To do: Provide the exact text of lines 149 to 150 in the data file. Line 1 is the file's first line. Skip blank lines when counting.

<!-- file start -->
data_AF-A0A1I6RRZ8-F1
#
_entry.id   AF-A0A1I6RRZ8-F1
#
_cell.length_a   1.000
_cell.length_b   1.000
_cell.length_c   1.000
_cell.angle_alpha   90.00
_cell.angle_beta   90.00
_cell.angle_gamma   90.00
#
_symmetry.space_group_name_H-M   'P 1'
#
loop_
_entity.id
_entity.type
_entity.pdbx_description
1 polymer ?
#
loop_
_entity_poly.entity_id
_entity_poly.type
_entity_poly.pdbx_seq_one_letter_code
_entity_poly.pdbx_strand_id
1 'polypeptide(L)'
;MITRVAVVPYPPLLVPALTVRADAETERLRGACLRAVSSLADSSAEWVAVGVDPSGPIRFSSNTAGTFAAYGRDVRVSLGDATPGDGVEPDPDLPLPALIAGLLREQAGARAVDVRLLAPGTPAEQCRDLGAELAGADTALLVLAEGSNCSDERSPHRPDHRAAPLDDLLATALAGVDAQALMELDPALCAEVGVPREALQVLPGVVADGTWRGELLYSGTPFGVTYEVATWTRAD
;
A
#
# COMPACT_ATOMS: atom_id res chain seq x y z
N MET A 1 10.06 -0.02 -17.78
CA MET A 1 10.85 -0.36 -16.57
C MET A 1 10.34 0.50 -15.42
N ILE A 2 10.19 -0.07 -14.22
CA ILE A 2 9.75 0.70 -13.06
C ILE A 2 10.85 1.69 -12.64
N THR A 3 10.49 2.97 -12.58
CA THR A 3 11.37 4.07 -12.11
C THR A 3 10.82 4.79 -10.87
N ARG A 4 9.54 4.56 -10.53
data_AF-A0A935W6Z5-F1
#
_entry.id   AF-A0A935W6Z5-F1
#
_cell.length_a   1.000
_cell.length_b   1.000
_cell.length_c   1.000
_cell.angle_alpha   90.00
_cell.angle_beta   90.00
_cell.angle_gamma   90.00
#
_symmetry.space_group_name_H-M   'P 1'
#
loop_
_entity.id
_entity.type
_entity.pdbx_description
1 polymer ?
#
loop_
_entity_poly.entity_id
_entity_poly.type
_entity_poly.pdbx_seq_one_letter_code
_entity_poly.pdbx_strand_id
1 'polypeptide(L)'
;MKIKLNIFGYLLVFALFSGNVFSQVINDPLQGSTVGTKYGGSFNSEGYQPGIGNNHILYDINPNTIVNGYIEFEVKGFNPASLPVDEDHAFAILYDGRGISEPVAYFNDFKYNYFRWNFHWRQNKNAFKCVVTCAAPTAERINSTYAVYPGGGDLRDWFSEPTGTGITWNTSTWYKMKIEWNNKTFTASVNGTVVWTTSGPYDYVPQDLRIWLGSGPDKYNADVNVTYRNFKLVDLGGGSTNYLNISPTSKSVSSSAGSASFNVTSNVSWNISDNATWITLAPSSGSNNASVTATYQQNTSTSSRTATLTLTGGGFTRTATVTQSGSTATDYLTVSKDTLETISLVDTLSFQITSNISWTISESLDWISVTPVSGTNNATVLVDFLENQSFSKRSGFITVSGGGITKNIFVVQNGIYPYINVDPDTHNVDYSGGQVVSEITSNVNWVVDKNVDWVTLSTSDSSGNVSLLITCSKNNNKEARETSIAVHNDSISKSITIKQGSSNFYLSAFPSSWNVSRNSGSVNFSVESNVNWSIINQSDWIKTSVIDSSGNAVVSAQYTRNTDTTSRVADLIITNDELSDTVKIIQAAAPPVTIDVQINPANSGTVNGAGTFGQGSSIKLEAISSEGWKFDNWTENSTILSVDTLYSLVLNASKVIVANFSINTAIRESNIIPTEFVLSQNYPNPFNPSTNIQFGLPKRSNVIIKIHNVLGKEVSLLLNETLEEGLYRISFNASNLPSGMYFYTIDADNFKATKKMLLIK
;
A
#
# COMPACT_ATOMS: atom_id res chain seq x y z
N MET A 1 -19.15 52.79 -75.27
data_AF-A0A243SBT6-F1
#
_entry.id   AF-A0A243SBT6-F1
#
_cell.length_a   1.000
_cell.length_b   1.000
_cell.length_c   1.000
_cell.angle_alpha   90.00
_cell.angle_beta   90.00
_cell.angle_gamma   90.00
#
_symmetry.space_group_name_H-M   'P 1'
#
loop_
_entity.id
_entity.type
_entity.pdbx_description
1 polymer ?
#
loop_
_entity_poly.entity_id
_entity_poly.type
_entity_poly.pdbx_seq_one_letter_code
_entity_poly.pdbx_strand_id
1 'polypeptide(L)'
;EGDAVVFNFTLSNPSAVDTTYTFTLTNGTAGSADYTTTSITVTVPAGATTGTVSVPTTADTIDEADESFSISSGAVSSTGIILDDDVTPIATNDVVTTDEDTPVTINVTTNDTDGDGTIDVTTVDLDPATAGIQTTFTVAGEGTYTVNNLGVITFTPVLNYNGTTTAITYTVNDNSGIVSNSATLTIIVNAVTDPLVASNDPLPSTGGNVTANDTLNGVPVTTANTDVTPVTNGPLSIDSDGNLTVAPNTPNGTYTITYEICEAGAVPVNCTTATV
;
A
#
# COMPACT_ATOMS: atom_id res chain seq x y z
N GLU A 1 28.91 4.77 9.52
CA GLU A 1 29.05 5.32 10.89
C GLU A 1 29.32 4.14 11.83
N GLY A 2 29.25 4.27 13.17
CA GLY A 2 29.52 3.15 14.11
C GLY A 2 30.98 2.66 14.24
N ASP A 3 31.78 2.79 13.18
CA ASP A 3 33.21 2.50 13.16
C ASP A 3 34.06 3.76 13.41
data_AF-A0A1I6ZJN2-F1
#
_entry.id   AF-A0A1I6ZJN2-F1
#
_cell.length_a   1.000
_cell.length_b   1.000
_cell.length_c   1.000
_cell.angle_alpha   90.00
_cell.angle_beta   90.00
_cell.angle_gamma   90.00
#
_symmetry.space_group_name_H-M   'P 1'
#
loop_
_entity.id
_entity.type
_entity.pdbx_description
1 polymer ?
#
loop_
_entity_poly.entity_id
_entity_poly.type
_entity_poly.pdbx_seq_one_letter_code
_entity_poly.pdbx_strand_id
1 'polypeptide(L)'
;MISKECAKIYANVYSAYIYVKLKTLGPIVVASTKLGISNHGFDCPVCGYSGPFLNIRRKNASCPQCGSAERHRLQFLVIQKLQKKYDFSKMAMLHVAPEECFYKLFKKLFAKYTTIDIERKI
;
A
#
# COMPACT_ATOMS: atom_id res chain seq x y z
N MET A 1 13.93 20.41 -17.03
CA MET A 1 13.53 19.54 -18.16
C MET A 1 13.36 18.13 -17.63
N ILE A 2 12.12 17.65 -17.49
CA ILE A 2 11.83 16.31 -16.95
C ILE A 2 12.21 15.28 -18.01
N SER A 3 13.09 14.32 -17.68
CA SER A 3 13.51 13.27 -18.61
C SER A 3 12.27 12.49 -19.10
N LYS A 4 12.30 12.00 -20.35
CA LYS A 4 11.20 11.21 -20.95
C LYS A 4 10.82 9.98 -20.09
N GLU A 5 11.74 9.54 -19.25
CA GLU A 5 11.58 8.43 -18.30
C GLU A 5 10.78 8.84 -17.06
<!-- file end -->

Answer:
C SER A 3 12.27 12.49 -19.10
N LYS A 4 12.30 12.00 -20.35